Northern Mississippi – National Parks Road Trip – Day 22 – From the Blues to Elvis & The Natchez Parkway

We left our Holiday Inn Express, with it’s brown tap water behind and headed out for Rosedale, Mississippi to find the crossroads known as where Robert Johnson sold his soul to the devil. According to this folklore, Johnson did not go to the crossroads seeking the devil. The devil was waiting for him as Johnson passed through. Johnson was greeted by the devil and his dog, and the dog seized Robert and shook him violently. When this happened, the strings in Johnson’s guitar shook and vibrated and the blues emerged from those sounds.

The devil told Johnson, “the dog is not for sale, but you can buy that sound.” Robert wanted it so badly, the deal was made. From there, he was a master. Supposedly voodoo claims, the devil always hangs close to the river. The devil was known to mark his territory with an “X” (thus the crossroads), Rosedale, is a town right by the river. Therefore, Son House (an old blues artist) believes the true crossroads that Robert Johnson sang about are in Rosedale.

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Rosedale was a rundown small town with a Blues Trail marker for the Hot Tamales and the blues. The reason is that Mexicans came to the area as migrant workers incorporated their hot tamale food with the Delta cuisine. Robert Johnson wrote songs of the popular hot tamale.

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In Cleveland we passed the Delta State University, nicknamed the Fighting Okras as we continued on the Mississippi Blues Trail. We so badly wanted a t-shirt with their mascot on it but were unsuccessful in finding one.

We landed at Dockery Farms, the site where it is regarded as the birthplace of Delta blues music. Dockery Farms owned by Will Dockery was a cotton plantation attracting blacks to work the farm because of the fair hand of its owner. The farm was more of a self-sufficient town of 400 tenants mostly African American who lived there for long periods of time.

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Dockery had its own elementary school, churches, post office and telegraph offices, its own currency, doctor, railroad depot, ferry, blacksmith shop, cotton gin, cemeteries, picnic grounds for the workers, and a commissary that sold dry goods, furniture, and groceries.

We stood amidst some of the old buildings and a marker and plaque titled the “Birthplace of the Blues.” A gas station is at the front of the property to help spot the property where hundreds have visited through the years from all over the world. A register placed in the barn recently listed names of visitors from Italy, Germany, France, Texas, and California. One man noted in the register that he proposed to his wife at the Farm and she wrote that she said yes.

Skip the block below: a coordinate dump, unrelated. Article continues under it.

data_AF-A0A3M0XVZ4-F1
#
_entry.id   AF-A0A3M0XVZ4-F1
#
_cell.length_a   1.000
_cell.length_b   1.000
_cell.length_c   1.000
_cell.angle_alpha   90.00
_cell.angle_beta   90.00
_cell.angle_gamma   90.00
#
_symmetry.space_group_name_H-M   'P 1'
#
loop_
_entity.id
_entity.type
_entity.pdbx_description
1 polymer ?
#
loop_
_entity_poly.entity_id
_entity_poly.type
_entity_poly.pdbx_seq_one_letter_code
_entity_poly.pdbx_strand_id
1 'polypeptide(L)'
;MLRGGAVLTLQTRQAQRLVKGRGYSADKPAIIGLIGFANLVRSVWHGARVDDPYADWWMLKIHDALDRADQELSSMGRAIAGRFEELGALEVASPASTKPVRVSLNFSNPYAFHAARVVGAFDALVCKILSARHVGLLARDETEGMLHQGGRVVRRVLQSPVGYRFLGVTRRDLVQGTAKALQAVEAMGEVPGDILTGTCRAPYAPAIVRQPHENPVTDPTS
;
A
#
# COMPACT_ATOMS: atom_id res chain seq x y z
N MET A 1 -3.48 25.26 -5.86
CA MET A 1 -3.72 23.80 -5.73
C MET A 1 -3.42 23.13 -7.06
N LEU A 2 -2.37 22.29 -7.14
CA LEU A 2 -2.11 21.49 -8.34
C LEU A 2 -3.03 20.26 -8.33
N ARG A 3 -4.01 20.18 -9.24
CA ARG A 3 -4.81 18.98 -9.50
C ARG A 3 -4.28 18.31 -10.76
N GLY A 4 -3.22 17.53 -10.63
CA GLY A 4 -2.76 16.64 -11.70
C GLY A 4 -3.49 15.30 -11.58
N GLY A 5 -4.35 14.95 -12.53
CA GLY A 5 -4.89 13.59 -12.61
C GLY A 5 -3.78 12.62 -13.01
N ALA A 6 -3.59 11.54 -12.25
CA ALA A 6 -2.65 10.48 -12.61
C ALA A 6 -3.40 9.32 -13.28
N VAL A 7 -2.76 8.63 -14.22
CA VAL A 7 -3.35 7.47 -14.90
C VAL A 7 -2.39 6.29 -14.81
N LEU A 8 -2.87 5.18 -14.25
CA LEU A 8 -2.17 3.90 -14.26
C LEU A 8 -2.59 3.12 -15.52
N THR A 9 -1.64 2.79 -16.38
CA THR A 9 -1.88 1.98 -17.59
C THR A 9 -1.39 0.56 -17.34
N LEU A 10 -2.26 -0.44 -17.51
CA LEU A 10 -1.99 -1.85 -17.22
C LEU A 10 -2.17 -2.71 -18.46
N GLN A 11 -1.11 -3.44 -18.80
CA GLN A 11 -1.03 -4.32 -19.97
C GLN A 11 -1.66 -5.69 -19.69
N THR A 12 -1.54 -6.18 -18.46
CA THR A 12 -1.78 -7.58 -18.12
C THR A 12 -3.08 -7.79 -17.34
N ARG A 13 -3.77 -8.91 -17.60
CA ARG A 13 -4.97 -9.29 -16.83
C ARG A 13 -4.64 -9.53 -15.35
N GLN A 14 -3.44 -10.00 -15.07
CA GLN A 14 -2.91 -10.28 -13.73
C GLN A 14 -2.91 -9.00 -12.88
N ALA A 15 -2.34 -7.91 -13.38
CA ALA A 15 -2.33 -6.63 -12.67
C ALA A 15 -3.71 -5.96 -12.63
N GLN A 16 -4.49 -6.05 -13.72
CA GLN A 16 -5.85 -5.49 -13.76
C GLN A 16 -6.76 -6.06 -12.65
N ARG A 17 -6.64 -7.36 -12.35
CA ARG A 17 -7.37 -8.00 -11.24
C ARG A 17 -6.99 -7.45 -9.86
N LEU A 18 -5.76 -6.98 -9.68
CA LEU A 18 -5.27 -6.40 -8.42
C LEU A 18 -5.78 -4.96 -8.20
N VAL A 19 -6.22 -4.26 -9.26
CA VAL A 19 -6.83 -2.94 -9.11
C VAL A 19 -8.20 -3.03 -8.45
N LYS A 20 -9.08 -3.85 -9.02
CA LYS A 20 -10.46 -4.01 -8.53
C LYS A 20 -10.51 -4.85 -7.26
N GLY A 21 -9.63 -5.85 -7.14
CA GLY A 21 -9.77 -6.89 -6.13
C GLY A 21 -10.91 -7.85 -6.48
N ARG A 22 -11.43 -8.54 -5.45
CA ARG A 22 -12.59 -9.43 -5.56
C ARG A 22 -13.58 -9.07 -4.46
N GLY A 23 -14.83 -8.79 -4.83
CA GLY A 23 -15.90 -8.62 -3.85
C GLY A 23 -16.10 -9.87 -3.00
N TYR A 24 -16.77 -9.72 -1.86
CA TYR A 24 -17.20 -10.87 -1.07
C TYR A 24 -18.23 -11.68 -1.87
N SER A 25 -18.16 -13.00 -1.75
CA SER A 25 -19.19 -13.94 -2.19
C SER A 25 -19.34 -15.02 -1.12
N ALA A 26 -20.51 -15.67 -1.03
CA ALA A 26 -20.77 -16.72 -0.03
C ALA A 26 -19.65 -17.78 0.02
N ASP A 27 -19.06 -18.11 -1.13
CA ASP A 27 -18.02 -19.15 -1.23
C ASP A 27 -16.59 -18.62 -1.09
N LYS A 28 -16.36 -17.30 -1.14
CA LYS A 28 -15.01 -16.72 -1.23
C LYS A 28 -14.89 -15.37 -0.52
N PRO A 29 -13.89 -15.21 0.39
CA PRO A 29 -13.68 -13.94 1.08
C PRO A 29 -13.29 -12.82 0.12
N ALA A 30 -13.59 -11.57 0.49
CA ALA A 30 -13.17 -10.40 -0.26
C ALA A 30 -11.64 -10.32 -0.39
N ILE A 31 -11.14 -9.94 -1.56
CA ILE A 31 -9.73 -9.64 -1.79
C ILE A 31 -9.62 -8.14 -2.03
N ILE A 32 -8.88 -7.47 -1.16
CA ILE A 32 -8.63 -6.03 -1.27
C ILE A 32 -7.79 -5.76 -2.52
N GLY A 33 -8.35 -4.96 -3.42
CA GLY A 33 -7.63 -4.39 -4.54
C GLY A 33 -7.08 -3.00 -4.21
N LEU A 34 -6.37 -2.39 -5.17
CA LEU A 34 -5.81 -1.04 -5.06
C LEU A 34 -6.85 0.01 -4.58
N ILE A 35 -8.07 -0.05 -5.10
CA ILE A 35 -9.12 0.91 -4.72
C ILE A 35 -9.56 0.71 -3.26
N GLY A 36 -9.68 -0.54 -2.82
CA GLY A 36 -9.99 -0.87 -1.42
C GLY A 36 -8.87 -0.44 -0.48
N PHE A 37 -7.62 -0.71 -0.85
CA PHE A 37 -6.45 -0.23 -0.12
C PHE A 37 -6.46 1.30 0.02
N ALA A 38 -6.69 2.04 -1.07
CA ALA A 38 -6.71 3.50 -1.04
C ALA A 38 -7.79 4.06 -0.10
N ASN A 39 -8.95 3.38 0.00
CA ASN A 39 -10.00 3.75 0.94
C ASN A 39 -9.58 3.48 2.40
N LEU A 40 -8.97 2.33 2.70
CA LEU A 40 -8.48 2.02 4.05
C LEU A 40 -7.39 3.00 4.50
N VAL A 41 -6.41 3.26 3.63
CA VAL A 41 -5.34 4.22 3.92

Probably not advisable for long periods, we stopped at Parchment Farms, at the Mississippi State Prison to see the marker honoring famous blues artists that were incarcerated there such as Bukka White who wrote the song “Parchment Farm Blues”.

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Our next stop on the Blues Trail was at the intersection of Route 61 and Highway 49 in Clarksdale, Mississippi where it is claimed by some to be the crossroads spoken of by Robert Johnson. Although other blues artists of that time claim that Rosedale, Mississippi is the crossroads referred to in Johnson’s song. Thus debate on this issue continues to this day.

There is a signpost made of guitars mounted at its top and a sign boasting the title “The Crossroads” here in Clarksdale. We journeyed on into town and found WROX Studio headquarters. It is the first radio station in Clarksdale. Among the notable blues artists who hosted programs or performed on the air were Ike Turner, Robert Nighthawk, Sonny Boy Williamson, Raymond Hill and Doctor Ross.

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Further down the road is Ground Zero a restaurant and hotel owned by the actor Morgan Freeman who hails from Mississippi. The restaurant features a stage aimed for blues artists. The restaurant was marked with graffiti over graffiti. I have never seen so much graffiti in one place but this is the theme to the place. There was not an inch of space not covered with graffiti even the toilets and the pool table felt were covered with it. We met a couple from England who spent the night there in one of the few boarding rooms upstairs who said they enjoyed it.

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Amazingly as we left the flatlands near the river and headed up into the hillier areas towards Oxford. Old Miss is located in Oxford, and the small town was packed as there was a football game the next day. We had planned on getting lunch there but gave up and left for the hour drive to Tupelo, Mississippi.

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Elvis Presley was born in Tupelo on January 8, 1935. Tupelo erected a statute of Elvis in his famous pose called “The Hand, “a bronze statue of a photo taken when he performed at the Mississippi-Alabama Fair and Dairy Show in 1956. Elvis was greeted on stage by the governor then, and later was photographed reaching out to touch the hands of his fans. The bronze statue was designed to encourage people to touch Elvis’s hand as he is gripping a microphone stand and leaning forward nearly in the same spot from 1956.